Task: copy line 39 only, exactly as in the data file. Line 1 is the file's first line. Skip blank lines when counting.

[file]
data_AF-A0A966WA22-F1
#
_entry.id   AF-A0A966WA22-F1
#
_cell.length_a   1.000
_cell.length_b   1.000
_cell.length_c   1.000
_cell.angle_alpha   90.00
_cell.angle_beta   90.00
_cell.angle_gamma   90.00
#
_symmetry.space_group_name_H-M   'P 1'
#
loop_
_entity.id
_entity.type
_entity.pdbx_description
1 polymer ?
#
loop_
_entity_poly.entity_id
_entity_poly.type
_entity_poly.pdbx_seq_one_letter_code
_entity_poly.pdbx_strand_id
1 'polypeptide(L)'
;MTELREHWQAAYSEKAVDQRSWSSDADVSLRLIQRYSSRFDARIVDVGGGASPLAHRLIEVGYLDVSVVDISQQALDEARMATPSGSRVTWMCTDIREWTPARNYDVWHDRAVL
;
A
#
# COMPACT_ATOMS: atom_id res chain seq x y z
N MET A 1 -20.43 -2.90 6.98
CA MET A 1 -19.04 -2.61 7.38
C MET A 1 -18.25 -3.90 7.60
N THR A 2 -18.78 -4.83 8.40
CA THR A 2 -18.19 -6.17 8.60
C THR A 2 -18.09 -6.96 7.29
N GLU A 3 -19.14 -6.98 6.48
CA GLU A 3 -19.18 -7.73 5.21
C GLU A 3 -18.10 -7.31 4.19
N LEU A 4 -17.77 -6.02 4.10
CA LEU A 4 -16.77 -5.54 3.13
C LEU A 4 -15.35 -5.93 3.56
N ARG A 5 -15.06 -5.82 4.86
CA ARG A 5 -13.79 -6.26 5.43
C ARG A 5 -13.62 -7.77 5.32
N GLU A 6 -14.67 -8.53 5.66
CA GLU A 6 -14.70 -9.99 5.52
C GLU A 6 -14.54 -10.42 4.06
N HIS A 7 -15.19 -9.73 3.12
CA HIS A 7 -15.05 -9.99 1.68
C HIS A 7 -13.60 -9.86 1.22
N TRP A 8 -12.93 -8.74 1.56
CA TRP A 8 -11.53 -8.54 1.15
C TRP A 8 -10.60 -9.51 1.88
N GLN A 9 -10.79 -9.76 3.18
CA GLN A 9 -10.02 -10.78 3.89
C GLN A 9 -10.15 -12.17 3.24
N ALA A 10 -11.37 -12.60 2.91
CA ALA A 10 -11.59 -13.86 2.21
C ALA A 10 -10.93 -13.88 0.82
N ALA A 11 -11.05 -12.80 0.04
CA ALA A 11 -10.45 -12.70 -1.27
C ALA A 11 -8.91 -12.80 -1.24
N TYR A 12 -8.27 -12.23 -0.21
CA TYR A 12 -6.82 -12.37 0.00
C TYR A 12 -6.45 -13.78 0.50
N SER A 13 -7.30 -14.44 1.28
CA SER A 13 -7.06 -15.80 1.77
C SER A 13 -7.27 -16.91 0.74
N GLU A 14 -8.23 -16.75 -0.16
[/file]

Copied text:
C GLU A 3 -18.10 -7.31 4.19